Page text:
Supreme Selections: Yearly Digest 2023, PART-IV

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PART-IV: July and August


After summer vacations, the Supreme Court re-opened on July 03, 2023, with IT-enabled courtrooms. In July, the top Court delivered a total of 76 judgments which included 61 Reportable judgments approximately. During the proceedings this month, the SC judges heard various cases such as ethnic clashes in Manipur, the Abrogation of Article 370, the Defamation of ‘Modi’ surname case, the Adani Hindenburg case, the Delhi Meerut RRTS Project, the Gyanvapi Mosque case, and child abuse case. Along with this, the benches also heard matters related to the bail plea of Teesta SetalavadUmar Khalid, and Manish Sisodia. Moreover, this month, various judges were recommended for elevation as SC judges by the Supreme Court Collegium, and some were elevated after a positive response from the government. Some of the important verdicts delivered by the SC in July are discussed as follows:

Concealing Material Facts

Judgment NameState of Orissa & Anr. vs. Laxmi Narayan Das (Dead) thr. Lrs & Ors. (July 12, 2023)

Bench: Justice Abhay S. Oka and Justice Rajesh Bindal

Brief: The Supreme Court of India allowed an appeal by the State of Orissa concerning the Orissa Survey & Settlement Act, 1958. The bench highlighted a substantial delay on the part of the respondents in pursuing their remedy against the final publication of the record of rights. The SC said, “On the application of the principle of constructive res judicata, the writ petition filed by the respondents after withdrawal of the civil suit was not maintainable as no liberty was granted.” The Court observed that the litigant's non-disclosure of material facts could result in being non-suited and noted the absence of complete facts in the writ petition.  It added, “A litigant can be non-suited in case he is found guilty of concealing material facts from the court or misstating the same.” At last, the SC bench ordered that the respondents are not entitled to any relief.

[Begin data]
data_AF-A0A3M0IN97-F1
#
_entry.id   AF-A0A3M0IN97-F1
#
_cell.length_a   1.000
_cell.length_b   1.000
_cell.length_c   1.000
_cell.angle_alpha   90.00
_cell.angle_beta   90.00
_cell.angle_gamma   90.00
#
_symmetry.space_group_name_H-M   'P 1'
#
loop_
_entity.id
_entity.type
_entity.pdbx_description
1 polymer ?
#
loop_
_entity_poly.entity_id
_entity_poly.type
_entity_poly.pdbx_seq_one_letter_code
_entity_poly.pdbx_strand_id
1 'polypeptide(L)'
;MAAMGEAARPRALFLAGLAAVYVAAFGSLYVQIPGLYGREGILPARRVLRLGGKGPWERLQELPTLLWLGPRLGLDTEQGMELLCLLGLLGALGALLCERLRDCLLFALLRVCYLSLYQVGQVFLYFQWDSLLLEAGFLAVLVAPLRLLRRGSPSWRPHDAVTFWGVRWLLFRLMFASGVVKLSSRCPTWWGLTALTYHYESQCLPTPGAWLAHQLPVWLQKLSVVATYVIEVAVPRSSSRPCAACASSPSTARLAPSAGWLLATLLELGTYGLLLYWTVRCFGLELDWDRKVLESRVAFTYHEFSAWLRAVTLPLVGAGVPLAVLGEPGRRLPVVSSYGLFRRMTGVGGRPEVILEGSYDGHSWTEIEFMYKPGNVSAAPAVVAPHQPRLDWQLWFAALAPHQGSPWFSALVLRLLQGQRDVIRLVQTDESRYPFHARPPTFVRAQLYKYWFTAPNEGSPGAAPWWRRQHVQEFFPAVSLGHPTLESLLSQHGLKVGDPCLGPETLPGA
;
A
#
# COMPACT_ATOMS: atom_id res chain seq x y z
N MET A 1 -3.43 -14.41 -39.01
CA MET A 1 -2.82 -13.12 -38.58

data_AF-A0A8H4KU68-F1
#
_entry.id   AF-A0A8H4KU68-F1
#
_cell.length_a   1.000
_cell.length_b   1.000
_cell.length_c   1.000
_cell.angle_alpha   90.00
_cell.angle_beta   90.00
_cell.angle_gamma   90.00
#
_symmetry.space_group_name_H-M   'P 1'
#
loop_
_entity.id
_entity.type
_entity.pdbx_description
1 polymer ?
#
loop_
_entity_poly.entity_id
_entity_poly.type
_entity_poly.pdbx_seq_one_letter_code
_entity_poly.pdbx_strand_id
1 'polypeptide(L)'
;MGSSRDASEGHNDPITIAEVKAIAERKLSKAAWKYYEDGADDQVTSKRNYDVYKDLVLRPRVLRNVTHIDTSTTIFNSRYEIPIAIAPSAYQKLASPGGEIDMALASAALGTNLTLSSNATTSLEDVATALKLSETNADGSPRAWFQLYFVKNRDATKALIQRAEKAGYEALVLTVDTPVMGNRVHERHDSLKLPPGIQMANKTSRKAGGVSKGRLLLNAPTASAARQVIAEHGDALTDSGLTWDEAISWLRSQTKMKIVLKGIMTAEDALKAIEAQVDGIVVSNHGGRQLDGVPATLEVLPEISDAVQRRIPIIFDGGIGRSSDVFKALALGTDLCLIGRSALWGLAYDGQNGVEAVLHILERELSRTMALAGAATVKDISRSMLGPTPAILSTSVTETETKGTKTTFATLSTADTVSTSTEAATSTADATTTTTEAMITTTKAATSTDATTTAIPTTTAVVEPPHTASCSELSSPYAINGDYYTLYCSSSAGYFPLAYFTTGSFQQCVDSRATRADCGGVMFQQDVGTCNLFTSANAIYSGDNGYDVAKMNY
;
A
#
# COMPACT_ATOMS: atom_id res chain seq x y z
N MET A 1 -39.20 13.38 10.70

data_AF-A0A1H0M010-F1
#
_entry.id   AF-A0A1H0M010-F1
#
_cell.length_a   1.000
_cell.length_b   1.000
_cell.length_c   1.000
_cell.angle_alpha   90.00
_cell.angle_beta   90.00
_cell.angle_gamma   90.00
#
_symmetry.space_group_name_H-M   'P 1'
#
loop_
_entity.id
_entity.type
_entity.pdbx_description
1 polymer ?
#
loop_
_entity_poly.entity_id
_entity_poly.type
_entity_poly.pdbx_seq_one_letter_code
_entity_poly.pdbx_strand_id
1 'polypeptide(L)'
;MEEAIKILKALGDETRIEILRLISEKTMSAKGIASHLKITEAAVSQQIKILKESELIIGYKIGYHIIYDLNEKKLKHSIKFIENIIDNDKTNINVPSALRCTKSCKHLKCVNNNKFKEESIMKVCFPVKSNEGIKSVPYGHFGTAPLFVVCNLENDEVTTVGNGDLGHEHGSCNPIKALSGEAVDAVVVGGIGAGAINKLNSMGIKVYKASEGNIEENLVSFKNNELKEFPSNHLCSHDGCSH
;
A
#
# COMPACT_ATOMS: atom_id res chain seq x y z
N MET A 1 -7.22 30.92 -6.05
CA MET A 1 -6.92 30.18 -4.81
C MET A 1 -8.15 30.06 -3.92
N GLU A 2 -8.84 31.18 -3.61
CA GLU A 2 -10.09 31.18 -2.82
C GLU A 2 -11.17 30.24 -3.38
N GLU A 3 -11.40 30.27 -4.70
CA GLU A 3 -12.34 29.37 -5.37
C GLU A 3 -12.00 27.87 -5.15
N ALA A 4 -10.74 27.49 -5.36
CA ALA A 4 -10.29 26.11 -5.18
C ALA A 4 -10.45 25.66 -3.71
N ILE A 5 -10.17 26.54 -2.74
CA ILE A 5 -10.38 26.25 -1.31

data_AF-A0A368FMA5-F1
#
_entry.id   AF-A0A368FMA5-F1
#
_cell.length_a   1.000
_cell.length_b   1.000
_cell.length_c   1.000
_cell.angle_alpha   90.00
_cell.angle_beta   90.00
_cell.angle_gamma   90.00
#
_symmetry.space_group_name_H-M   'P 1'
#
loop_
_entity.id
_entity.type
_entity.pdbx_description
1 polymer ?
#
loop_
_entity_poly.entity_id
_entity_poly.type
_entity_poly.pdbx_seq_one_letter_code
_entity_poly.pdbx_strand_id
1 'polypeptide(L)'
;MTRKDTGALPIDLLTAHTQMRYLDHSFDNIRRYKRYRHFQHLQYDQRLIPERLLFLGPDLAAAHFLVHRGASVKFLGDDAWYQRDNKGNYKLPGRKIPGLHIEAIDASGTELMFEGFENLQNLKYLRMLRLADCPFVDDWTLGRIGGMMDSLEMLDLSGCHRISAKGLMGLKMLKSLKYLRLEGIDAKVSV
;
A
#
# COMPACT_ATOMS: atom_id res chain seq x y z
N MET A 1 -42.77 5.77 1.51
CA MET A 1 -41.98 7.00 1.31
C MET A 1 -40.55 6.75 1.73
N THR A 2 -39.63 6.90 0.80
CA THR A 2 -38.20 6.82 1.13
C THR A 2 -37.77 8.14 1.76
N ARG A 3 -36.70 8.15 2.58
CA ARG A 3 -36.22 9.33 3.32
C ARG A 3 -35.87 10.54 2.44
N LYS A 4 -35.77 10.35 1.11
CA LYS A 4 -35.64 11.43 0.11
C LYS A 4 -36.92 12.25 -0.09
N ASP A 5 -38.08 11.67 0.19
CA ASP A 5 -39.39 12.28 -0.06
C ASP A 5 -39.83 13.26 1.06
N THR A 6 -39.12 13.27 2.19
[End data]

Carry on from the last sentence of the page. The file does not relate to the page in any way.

IBC takes precedence over the Electricity Act, 2003

Judgment NamePaschimanchal Vidyut Vitran Nigam Ltd. vs. Raman Ispat Private Limited & Ors. (July 17, 2023)

Bench: Justice S. Ravindra Bhat and Justice Dipankar Datta

Brief: The Supreme Court dismissed an appeal by Paschimanchal Vidyut Vitran Nigam Limited (PVVNL) challenging the National Company Law Appellate Tribunal's (NCLAT) decision regarding the release of attached property for liquidation. The Two-Judge Bench, affirmed that the Insolvency and Bankruptcy Code, 2016 (IBC) takes precedence over the Electricity Act, 2003, emphasizing that electricity dues do not hold priority.

Voters right to know candidate’s background information

Judgment NameBhim Rao Baswanth Rao Patil vs. K. Madan Mohan Rao & Ors. 

Bench: Justice S. Ravindra Bhat and Justice Aravind Kumar

Brief: On July 24, 2023, the SC dismissed a plea by Bhimrao Basanthrao Patil, BRS MP from Zahirabad constituency, against the Telangana High Court's judgment on an election petition. The petition was filed by K Madan Mohan Rao, challenging Patil's election for non-disclosure of full details about criminal cases, among other grounds. The bench hearing the matter held that the voter's right to know the complete background of a candidate, as evolved through court decisions, adds a new dimension to the constitutional jurisprudence.